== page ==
Then bride Ellen Rand, a Buddhist, and husband-to-be Dan Krause, an atheist, thought their troubles were over until they learned the officiate had lost his voice.
“I had never been to a Buddhist wedding,” said guest Kurtis Bedford, of Reseda, “so I was somewhat startled when the monk started the ceremony by apologizing for not being able to speak out loud.
“He said he had lost his voice the night before and that it had only come back a little during the morning so if everyone would bear with him, he would get on with the ceremony.”
After that there was, as Bedford told it, about 30 minutes of chanting, then the ceremony that united Rand, a computer operator, and Krause, who runs a movie house in Westwood, followed by a reception at the Knollwood Country Club in Granada Hills.
“The florist was late and the band canceled at the last minute,” bridegroom Krause remembered. “Our party got the food from another party and the other party got ours,” he added.
“It was your typical wedding and reception,” said Krause. “People throwing cake at each other. That sort of thing.”
Well, what would you expect from a wedding given by two members of the improvisational comedy troupe called Witness Protection Theater, with a guest list augmented by other members of the troupe, including Krause.
The group has been performing every Friday night at the 50-seat NY/LA Theater at 6006 Laurel Canyon Blvd., in North Hollywood, for almost a year. According to Krause, the ticket sales pay for the use of the hall.
“We aren’t about to give up our day jobs, but all of us really like the opportunity to be on stage,” Krause said.
The group includes, in addition to the computer operator and theater manager, a couple of actors, a carpenter, a musician, a television production assistant and a couple of people who produce studio special effects.
They are the offshoot of another improv group in the Valley, which, according to Krause and Bedford, was headed by a person with many interesting qualities, none of which either wants to mention because of prevailing libel laws.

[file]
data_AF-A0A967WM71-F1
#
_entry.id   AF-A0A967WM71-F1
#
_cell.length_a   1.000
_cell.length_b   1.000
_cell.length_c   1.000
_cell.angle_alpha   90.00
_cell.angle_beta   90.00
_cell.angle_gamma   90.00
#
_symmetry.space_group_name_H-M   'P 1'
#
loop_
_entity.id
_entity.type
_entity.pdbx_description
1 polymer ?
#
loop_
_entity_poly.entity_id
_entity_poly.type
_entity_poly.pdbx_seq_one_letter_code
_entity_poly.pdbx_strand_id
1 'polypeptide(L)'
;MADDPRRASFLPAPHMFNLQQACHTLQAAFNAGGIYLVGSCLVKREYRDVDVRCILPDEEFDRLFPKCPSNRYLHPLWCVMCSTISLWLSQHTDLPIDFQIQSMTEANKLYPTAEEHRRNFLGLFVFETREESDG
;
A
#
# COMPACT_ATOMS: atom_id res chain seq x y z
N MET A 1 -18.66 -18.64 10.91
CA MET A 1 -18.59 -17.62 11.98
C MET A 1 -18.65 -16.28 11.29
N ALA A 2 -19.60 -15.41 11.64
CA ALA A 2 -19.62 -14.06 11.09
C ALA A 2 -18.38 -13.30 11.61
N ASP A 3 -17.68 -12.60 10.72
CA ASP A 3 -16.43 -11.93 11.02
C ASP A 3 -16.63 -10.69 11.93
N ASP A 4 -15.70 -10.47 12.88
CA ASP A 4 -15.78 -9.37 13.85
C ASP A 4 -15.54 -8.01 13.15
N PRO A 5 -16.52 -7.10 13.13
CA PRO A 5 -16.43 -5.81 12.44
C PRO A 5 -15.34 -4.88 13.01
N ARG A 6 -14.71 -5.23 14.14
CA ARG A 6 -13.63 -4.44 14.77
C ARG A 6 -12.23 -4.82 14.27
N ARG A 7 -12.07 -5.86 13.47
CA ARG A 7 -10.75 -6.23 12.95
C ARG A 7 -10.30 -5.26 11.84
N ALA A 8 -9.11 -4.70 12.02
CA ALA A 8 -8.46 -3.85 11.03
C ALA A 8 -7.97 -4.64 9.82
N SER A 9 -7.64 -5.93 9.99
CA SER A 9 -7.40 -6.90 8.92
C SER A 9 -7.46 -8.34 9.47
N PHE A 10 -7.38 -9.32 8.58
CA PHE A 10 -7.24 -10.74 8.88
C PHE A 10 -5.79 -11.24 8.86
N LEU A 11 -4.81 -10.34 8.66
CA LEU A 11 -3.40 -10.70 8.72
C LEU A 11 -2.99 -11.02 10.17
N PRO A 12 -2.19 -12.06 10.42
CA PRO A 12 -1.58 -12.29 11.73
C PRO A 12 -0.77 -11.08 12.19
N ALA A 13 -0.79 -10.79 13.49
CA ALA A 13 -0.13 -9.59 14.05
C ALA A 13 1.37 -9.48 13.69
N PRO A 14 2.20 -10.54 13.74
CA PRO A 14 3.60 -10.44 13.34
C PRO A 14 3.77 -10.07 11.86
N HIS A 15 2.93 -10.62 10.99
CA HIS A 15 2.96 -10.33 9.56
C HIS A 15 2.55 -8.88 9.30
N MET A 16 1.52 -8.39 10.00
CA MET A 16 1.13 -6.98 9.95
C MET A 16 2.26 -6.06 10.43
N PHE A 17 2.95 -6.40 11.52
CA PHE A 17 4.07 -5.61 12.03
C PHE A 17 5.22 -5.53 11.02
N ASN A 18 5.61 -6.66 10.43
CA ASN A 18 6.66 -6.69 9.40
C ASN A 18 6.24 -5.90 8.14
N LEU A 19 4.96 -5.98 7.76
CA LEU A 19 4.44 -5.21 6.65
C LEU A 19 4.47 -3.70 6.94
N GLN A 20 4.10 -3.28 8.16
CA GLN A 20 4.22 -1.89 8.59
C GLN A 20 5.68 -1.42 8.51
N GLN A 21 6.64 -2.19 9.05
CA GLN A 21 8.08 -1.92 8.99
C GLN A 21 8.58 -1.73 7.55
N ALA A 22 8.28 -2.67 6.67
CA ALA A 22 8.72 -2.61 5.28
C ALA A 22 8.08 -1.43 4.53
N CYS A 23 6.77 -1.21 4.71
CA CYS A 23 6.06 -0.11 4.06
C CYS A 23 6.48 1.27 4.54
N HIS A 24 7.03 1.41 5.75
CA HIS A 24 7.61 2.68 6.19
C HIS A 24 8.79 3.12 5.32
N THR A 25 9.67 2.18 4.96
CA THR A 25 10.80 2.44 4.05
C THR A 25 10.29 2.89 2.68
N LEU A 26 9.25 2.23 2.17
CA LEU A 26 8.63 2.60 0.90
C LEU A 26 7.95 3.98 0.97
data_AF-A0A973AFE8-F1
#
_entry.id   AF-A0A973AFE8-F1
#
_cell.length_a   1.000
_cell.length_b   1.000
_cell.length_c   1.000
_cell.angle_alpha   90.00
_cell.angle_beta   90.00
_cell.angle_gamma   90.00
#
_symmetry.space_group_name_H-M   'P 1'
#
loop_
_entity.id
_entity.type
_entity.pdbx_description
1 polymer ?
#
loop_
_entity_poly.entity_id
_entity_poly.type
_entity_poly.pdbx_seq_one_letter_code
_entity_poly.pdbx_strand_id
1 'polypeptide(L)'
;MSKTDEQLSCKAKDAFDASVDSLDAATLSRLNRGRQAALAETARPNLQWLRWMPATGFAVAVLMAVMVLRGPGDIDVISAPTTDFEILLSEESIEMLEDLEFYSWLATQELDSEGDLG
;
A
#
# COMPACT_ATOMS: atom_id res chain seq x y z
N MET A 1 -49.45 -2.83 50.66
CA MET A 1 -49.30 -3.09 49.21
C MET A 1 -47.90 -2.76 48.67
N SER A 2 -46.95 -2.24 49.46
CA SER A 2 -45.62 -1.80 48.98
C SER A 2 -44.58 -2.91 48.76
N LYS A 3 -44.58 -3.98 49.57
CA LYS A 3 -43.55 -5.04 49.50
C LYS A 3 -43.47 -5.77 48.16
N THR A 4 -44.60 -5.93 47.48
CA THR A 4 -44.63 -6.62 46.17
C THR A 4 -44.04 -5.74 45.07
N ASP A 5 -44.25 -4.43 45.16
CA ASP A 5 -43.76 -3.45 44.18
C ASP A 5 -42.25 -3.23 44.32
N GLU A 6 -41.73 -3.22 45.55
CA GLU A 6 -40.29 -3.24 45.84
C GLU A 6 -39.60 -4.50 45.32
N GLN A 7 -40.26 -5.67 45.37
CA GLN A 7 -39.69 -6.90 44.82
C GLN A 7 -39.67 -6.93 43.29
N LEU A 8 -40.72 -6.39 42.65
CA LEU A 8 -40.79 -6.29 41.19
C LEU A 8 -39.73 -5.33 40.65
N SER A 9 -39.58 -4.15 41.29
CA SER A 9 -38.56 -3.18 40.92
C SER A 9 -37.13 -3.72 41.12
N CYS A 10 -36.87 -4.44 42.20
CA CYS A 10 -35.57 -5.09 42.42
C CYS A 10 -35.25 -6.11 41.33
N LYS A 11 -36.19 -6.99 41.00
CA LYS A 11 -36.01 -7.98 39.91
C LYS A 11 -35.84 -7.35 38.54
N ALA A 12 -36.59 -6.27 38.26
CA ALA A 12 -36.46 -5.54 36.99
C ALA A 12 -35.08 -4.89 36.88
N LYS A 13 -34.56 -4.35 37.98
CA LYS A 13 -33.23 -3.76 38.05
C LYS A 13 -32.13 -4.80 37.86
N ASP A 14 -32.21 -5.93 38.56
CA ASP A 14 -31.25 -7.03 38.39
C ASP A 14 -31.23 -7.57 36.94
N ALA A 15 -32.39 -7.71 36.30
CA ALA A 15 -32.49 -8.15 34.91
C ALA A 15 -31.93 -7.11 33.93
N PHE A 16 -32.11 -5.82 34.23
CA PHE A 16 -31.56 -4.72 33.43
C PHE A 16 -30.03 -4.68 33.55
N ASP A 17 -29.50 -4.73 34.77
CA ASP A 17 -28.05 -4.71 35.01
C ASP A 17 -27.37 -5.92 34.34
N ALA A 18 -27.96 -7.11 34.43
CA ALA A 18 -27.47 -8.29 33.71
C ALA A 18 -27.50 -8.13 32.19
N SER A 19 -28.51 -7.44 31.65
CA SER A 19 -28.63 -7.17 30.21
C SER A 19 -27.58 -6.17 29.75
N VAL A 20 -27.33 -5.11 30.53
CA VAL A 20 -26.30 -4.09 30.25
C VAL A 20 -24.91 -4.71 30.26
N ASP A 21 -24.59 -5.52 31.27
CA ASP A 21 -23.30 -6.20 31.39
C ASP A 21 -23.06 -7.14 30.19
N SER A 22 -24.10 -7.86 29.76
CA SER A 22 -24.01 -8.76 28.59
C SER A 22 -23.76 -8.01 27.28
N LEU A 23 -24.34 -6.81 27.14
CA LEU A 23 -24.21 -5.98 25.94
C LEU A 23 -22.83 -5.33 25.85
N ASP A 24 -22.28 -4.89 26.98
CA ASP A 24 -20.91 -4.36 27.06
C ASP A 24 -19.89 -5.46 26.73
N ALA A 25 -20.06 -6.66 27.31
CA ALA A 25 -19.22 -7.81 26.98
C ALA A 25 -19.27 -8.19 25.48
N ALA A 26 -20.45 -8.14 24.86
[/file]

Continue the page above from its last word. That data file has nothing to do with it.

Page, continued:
A week ago the group was invited to appear at the Comedy Store, which jazzed troupe members some.
“Unfortunately, we were in the big room, and there were fewer people in the audience than come to our theater,” said Krause, adding that his favorite improv did not prove as challenging as it usually is at their home base.
“We do an improvisation called ‘Dance of the ----------------' in which the audience is invited to fill in the blank. In North Hollywood, people have us doing things like the ‘Dance of the Bumblebees’ and the ‘Dance of the Kangaroos.’ Boy, those kangaroo dances are tough on the thighs.”
But the Hollywood folks asked the group to do the “Dance of the Cats,” so the ensemble felt as if it had wandered into the 10th year of a way-off-Broadway show.
They couldn’t have been too bad because they have been asked to appear at the Comedy Store again tonight at 10 p.m.
Asked how they got the name Witness Protection Theater, Bedford said, “It made us laugh, so we used it. But we’re not so sure now. We get a lot of people on our answering machine at the theater who grunt a couple of times and hang up.”
Krause says that the group is nonpolitical and most respectful of federal agents and their programs, adding that if any of those agents want to catch their show tonight at the Comedy Store, they are welcome.
Just please don’t ask them to do the “Dance of the Cats.”
“In the ‘60s I thought I got over crying over the Kennedys. I thought the same thing in the ‘70s and ‘80s, but here we are in the ‘90s and the crying never seems to stop. All they have to do is show those assassination pictures and I start all over. I’m beginning to feel like one of Pavlov’s dogs.”
--North Hollywood woman to friend after watching the televised accounts of the funeral of Jacqueline Kennedy Onassis.